The imaging sensor is at the core of digital cameras and its size is one of the main determining factors of image quality. A large sensor will generally have larger individual pixels that offer better low-light sensitivity, provide wider dynamic range, and have richer color-depth than smaller pixels in a sensor of the same technological generation. Further, a large sensor camera will give the photographer additional creative options when using shallow depth-of-field to isolate a subject from its background. On the downside, larger sensors are more costly to manufacture and tend to lead to bigger and heavier cameras and lenses.
Of the two cameras under consideration, the Canon 7D II features an APS-C sensor and the Pentax MX-1 a 1/1.7-inch sensor. The sensor area in the MX-1 is 87 percent smaller. As a result of these sensor size differences, the cameras have a format factor of, respectively, 1.6 and 4.5. The sensor in the 7D Mark II has a native 3:2 aspect ratio, while the one in the MX-1 offers a 4:3 aspect.
With 20MP, the 7D Mark II offers a higher resolution than the MX-1 (12MP), but the 7D Mark II nevertheless has larger individual pixels (pixel pitch of 4.10μm versus 1.89μm for the MX-1) due to its larger sensor. Moreover, the 7D Mark II is a somewhat more recent model (by 1 year and 8 months) than the MX-1, and its sensor might have benefitted from technological advances during this time that further enhance the light gathering capacity of its pixels.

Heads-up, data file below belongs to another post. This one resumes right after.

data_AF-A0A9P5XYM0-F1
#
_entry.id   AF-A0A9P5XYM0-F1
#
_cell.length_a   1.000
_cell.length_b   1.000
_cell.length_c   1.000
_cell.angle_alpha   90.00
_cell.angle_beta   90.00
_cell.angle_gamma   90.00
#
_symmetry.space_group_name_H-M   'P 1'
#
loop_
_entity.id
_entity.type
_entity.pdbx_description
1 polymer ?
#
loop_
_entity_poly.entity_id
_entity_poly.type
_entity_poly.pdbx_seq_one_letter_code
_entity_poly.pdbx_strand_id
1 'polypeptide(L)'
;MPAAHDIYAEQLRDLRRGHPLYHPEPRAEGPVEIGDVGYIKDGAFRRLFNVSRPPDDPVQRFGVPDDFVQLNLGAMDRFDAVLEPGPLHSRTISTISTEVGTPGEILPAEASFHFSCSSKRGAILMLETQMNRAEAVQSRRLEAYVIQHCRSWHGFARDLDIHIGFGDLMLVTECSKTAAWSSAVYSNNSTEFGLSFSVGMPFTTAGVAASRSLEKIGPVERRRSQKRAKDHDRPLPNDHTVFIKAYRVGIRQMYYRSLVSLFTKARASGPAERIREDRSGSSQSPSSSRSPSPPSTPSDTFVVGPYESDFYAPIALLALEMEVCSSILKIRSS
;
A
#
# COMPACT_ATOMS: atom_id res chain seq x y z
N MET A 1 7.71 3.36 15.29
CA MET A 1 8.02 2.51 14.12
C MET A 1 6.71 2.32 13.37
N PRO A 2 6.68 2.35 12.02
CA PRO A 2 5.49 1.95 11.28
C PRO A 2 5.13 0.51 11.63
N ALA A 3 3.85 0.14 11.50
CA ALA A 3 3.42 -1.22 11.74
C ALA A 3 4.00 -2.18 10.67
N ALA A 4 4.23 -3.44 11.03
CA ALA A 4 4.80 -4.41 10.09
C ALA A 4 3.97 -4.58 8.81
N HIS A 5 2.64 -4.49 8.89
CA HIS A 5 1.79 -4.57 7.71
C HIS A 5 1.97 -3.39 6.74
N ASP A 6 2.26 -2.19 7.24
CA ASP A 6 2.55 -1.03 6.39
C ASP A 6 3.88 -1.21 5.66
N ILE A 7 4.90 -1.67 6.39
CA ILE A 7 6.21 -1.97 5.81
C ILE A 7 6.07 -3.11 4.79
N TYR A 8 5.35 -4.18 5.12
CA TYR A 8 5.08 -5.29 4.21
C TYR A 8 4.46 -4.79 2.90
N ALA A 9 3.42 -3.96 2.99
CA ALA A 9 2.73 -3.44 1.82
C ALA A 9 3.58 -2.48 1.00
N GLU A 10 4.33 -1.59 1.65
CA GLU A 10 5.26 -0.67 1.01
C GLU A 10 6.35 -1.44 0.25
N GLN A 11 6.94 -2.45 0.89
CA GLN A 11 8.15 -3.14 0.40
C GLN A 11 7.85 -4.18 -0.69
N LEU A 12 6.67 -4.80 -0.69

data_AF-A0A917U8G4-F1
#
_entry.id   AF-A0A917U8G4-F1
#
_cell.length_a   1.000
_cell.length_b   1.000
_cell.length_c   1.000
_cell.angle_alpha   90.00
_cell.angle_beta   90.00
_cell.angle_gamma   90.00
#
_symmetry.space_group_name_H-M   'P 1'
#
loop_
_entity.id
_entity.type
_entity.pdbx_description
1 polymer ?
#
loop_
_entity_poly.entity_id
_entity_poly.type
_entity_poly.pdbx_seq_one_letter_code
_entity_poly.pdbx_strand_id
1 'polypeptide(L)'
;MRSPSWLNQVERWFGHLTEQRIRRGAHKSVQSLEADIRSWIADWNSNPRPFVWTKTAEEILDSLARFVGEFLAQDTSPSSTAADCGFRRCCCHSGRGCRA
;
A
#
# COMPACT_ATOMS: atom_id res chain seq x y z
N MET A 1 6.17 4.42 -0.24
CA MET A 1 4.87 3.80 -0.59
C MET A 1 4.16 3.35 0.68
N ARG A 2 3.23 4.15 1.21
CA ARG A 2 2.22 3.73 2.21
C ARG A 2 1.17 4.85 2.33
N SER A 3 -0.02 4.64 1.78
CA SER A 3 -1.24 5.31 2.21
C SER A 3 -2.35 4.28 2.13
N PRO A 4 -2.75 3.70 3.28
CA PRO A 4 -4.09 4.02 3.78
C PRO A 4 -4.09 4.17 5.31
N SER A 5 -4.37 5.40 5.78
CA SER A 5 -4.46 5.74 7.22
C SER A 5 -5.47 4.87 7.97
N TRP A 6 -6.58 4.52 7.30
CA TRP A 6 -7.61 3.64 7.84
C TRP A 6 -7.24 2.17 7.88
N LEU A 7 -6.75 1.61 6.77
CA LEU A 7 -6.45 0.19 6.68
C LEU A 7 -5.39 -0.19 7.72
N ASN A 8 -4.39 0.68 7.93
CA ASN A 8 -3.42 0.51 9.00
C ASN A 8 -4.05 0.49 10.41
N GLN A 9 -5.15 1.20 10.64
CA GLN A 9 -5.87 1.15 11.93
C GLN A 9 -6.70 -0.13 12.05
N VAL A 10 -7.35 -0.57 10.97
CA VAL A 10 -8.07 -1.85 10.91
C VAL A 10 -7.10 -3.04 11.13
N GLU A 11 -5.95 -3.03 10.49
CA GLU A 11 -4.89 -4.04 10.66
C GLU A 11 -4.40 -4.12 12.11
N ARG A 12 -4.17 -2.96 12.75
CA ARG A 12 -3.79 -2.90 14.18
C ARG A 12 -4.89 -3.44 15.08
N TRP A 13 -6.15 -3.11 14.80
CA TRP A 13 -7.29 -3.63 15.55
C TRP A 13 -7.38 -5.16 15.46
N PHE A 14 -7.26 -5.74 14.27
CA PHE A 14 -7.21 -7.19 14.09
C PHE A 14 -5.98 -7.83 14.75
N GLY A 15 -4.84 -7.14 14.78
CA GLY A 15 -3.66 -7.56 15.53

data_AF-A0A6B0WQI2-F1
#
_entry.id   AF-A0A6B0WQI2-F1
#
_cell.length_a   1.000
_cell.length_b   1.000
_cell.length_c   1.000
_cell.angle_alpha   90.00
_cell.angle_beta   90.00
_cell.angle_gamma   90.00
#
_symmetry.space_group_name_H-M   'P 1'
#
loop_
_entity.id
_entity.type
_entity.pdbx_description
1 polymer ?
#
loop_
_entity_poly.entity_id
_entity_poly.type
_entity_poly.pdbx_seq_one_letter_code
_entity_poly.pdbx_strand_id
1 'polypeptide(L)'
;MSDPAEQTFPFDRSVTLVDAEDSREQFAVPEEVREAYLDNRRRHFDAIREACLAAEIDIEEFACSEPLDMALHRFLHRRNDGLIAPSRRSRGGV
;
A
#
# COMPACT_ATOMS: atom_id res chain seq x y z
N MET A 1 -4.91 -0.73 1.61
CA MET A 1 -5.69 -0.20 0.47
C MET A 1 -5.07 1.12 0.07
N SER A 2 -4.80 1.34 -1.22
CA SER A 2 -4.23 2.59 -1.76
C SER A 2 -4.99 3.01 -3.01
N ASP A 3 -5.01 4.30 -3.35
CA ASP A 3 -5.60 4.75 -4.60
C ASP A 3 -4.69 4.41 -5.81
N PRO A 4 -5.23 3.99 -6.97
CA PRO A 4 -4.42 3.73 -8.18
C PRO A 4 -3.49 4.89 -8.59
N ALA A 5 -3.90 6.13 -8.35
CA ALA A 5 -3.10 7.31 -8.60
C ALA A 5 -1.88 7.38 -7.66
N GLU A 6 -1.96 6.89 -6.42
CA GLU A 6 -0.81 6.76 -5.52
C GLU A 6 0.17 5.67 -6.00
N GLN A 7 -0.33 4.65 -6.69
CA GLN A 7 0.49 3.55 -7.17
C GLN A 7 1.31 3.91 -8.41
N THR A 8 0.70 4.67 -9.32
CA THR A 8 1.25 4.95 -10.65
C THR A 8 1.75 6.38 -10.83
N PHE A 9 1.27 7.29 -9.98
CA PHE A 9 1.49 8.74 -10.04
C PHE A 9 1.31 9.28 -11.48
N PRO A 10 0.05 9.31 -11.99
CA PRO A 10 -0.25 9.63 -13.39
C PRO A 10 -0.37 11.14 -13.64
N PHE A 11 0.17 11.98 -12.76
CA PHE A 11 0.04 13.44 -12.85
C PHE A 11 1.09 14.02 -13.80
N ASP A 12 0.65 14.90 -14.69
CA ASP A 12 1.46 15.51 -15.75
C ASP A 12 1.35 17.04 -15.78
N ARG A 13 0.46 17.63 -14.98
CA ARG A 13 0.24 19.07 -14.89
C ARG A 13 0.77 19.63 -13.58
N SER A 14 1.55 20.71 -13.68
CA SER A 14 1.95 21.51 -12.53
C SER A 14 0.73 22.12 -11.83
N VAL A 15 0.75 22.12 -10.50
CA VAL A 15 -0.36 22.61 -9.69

The resolution advantage of the Canon 7D II implies greater flexibility for cropping images or the possibility to print larger pictures. The maximum print size of the 7D Mark II for good quality output (200 dots per inch) amounts to 27.4 x 18.2 inch or 69.5 x 46.3 cm, for very good quality (250 dpi) 21.9 x 14.6 inch or 55.6 x 37.1 cm, and for excellent quality (300 dpi) 18.2 x 12.2 inch or 46.3 x 30.9 cm. The corresponding values for the Pentax MX-1 are 20 x 15 inch or 50.8 x 38.1 cm for good quality, 16 x 12 inch or 40.6 x 30.5 cm for very good quality, and 13.3 x 10 inch or 33.9 x 25.4 cm for excellent quality prints.
The 7D Mark II has on-sensor phase detect pixels, which results in fast and reliable autofocus acquisition even during live view operation.
The Canon EOS 7D Mark II has a native sensitivity range from ISO 100 to ISO 16000, which can be extended to ISO 100-51200. The corresponding ISO settings for the Pentax MX-1 are ISO 100 to ISO 12800 (no boost).